When long-time tracking enthusiast Penny Kurz discovered that her mailbox had been vandalized, she took action. Harnessing up her tracking dog, Deuce, she set out to find the perpetrator. “Deuce sniffed around the mailbox and started running what looked like a car trail to me,” says Kurz. “A car trail will hang along the curb or edge of grass along the sidewalk. When he puts his nose down into footprints, it looks different. He took me up a couple blocks, made another corner, up another street, then all of a sudden stopped. He went across the front lawn, poking his nose into the footprints, went to the front door and sat down. “I was ready to knock on the door, say someone broke my mailbox and my dog tracked to this house,” says Kurz. “Then I looked down at Deuce. Unfortunately, you lose a little credibility when you’re standing there with a Miniature Poodle. I chickened out—if I can’t fix the mailbox, I’ll borrow a German Shepherd and go back.”
If your dog has a nose, he can track. Surely you’ve seen him do so on walks with his nose to the ground or lifted high in the air. The sport of tracking harnesses that natural ability by demonstrating the dog’s ability to follow the scent of one particular person, the tracklayer, over various kinds of terrain. Each level of competition features greater challenges—a longer, well-aged track; more turns; and multiple scent articles. Unlike agility or obedience, where the handler gives instructions and the dog is expected to follow, in tracking the dog is in charge. He wears a harness attached to a 30-foot leash and pulls the handler down the trail. Some dogs are confident and fly down the track, whereas others are methodical and take their time. (By Julia Kamysz Lane)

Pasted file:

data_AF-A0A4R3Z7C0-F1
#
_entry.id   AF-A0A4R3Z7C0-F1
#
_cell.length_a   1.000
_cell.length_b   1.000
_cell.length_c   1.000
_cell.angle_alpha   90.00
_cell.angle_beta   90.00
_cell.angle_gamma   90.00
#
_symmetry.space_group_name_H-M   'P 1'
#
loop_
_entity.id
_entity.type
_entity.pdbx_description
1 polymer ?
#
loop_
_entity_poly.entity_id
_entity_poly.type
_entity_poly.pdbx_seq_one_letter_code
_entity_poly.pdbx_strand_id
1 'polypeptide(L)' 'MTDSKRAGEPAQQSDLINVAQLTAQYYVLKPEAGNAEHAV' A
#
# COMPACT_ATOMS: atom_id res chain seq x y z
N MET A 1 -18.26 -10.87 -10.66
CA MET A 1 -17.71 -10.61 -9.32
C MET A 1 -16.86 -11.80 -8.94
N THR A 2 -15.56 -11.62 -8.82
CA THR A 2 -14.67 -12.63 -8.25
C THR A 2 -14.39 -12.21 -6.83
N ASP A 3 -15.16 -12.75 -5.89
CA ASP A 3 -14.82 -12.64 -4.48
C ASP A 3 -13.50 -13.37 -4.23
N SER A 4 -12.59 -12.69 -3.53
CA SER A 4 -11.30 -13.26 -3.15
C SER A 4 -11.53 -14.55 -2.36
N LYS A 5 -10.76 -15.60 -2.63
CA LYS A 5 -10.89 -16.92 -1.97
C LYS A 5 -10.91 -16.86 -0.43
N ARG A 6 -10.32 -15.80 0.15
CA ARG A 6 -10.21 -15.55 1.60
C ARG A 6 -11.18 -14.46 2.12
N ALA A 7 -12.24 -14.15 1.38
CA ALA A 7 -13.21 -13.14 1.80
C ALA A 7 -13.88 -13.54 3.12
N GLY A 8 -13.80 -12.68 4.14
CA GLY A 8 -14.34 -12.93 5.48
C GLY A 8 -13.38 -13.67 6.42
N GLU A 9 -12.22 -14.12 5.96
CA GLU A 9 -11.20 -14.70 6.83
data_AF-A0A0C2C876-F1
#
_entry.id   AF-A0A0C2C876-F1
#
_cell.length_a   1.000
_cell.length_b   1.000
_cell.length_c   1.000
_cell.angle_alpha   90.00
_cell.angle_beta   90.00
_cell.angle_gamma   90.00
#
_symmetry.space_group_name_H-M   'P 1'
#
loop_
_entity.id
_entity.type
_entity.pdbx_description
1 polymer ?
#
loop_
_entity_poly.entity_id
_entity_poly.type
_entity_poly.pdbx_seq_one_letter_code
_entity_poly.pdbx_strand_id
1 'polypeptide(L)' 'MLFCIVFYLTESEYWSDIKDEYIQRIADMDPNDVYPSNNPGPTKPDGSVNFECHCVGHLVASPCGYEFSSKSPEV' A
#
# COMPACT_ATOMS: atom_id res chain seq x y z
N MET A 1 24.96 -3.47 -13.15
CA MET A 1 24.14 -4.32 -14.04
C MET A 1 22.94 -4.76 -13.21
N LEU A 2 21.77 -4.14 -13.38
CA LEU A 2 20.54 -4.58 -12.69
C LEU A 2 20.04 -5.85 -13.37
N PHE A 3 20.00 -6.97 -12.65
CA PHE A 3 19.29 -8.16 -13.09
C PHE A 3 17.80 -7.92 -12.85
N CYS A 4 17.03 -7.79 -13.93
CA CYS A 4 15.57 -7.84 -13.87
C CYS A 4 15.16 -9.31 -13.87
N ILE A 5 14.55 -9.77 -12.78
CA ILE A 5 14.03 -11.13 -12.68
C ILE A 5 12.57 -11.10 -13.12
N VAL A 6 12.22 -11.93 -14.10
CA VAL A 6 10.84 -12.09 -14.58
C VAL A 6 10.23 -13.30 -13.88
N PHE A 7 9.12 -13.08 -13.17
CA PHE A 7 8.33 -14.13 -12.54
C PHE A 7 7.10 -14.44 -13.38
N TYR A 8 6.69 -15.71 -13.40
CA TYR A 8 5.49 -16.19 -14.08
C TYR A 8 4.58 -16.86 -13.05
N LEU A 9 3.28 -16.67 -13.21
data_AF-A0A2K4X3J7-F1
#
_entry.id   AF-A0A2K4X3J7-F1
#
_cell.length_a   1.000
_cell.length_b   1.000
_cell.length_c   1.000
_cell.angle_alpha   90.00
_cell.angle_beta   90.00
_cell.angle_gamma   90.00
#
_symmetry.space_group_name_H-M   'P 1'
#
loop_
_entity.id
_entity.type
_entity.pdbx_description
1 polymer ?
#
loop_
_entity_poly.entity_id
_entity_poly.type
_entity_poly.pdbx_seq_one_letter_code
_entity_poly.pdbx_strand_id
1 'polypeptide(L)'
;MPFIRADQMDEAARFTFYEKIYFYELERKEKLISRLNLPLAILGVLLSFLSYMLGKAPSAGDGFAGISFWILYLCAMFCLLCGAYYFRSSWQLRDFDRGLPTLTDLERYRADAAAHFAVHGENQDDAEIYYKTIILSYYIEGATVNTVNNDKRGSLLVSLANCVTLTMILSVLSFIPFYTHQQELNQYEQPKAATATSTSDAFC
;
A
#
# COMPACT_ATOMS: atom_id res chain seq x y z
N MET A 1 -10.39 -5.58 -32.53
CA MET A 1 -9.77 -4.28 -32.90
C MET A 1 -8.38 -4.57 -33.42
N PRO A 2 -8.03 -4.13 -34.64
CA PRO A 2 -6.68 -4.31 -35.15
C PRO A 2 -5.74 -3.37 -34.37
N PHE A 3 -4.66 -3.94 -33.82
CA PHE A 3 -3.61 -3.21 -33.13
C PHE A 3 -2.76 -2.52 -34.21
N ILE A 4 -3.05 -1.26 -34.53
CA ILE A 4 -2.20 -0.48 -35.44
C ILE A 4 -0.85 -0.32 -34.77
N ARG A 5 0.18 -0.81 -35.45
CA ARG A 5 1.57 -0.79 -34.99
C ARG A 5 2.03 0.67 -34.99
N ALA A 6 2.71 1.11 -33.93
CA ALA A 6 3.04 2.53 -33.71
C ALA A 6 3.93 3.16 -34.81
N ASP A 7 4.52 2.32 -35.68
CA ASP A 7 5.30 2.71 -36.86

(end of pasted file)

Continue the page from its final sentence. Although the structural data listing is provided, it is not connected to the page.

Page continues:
This Schutzhund Tracking course introduces the team (handler and dog) to the basics of footstep tracking. In order to get full points in the tracking phase, the dog must show where each and every footstep of the tracklayer fell, track with a deep nose into the terrain and show intensity and concentration throughout the track. I explain how to imprint this behavior in the foundation by teaching scent boxes and circle tracks associated with lots of treats, while allowing the dog to work the “track” without interference from the handler. We then move on to serpentines and straight legs with turns, and discuss how to start fading the food off the track at the end of the course. Also covered is how to teach a proper article indication and games to establish hunt drive as a prerequisite to adding them to the track. After all, tracking is eventually about finding the dropped articles, not the treats! Line handling as a management tool without correction is integral to helping the dog learn to track the way we want him to, as well as knowing the rules and what is expected.
This is an action-packed class with a limit of 6 dogs. Please call now to reserve your spot.
January class: 4 spots available. Class dates are Saturday’s at 9:00 am: Jan. 23, 30, Feb. 6, 13, 20, 27.
6 weekly classes for the price of $250.00 + GST
This Schutzhund Tracking class will be held in Mission, BC to expose the dogs to different terrain and conditions. Handouts and homework will be given.